Scalding water splashing into a work glove, an elbow bumping into an open oven door, and a slip on the floor while holding a hot pan can all lead to injuries that may result in a worker's compensation insurance claim for your restaurant. If you want to keep your employees safe and avoid the headache and added expenses of these claims, you will need to find ways to make your kitchen safer in order to mitigate burn risks.
Each new hire must be trained on how to work safely. This will reduce worker's compensation liability, improve employee morale, and prevent disruptions in the kitchen work flow. Here are some of the most important safety tips to teach your employees:
Reduce the Number of Employees in the Kitchen
The number of employees in a hazardous work area should be kept to a minimum. Employees may want to chat near the oven, for example, but the fewer staff members in dangerous areas, the less of a risk that there will be an injury.
Use Protective Equipment and Enforce Proper Attire
Employees must be trained on the proper protective equipment that can prevent burns, including oven mitts and waterproof work gloves. Employees should be trained on where to store these protective clothing items when not in use. Managers should make sure employees wear slip-resistant footwear and that their shoe laces are always tied to prevent tripping.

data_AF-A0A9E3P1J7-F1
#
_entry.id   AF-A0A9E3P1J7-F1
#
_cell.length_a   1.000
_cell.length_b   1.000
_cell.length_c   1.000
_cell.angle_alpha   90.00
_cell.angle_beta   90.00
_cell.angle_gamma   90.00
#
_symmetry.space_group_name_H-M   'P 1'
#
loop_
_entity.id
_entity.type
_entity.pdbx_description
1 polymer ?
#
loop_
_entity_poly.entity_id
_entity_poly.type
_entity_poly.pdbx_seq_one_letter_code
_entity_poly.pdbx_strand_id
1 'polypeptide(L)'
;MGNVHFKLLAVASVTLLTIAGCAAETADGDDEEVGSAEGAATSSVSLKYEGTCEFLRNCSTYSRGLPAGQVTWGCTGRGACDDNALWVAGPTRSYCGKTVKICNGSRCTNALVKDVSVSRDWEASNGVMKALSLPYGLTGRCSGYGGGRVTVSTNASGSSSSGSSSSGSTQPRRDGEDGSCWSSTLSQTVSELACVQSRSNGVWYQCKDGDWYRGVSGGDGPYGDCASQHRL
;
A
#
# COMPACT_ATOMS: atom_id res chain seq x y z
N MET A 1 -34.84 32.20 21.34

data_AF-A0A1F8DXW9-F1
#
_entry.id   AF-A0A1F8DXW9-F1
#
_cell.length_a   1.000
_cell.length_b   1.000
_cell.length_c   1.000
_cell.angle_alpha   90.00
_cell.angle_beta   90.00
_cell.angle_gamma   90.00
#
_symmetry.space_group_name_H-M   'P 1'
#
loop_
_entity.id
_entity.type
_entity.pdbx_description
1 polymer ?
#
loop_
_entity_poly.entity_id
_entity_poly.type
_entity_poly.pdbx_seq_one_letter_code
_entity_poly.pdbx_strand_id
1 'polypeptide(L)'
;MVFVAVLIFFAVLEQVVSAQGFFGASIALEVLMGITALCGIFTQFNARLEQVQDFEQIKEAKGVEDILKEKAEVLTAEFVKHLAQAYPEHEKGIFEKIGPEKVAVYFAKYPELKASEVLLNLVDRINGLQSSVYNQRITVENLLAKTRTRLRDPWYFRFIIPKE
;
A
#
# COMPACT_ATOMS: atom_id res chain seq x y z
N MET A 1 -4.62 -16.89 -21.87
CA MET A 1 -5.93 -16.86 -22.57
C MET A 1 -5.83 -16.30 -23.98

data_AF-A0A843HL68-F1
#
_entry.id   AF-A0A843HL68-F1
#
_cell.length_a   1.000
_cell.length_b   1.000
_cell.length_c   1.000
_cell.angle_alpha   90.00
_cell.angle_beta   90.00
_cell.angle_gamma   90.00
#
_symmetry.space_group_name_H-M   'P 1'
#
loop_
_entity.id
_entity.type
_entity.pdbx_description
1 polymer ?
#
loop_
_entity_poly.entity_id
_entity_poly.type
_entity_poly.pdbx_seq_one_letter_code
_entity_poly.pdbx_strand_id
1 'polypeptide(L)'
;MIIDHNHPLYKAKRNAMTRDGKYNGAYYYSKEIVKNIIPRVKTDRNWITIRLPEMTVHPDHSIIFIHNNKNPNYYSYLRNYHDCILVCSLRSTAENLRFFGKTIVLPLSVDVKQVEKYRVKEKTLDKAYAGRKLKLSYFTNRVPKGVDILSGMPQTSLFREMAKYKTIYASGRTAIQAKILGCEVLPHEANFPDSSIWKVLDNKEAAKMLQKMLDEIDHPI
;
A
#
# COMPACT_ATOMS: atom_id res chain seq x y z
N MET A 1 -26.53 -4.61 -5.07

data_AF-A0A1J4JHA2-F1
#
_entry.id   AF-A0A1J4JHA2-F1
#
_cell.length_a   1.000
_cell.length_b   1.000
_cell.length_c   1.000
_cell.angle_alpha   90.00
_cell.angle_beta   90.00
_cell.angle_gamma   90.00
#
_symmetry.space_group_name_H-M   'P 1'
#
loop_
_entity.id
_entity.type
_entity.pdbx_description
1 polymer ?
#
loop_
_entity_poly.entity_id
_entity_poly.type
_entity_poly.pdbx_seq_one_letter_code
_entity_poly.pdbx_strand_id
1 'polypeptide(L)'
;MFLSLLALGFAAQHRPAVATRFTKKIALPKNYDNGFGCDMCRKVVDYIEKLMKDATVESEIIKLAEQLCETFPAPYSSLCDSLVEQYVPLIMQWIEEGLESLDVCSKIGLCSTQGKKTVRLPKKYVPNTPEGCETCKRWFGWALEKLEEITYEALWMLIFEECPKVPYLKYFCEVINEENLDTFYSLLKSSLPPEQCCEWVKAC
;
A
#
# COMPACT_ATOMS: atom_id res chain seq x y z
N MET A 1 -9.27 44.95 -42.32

Place Microwaves in a Sensible Location
Microwaves should be placed at a location where it is easy to reach the contents. For example, if the microwave is warming up a liquid and the employee has to reach above his or her head to grab the item, it will be harder to control and more likely to spill.
Inspect Containers, Pots, and Pans for Damage
Equipment that handles hot food products must be inspected every night to make sure that it is in good working condition. For instance, a pan should be inspected for any holes that may cause hot grease to seep through. Handles should always be well-attached and lids should be tightly-fitted.
Install Deep Fryer Safety Features
Employees who fry food must use splash screens. Employees should not be required to handle hot waste cooking oil. Instead, choose a deep fryer that has been engineered to empty the waste to a separate receptacle where it can cool. Food should be lowered automatically into a fryer to limit employee exposure.
Eliminate Slip and Fall Hazards
Cooking areas should be kept clean and free from debris, especially on the floor. Any spills should be cleaned up immediately so employees do not slip and burn themselves. Ideally, a single employee should be responsible for cleaning up all spills.
There is plenty of information online about workers compensation—check it out to learn more about what it involves and how you can make your restaurant a safe place to work.Share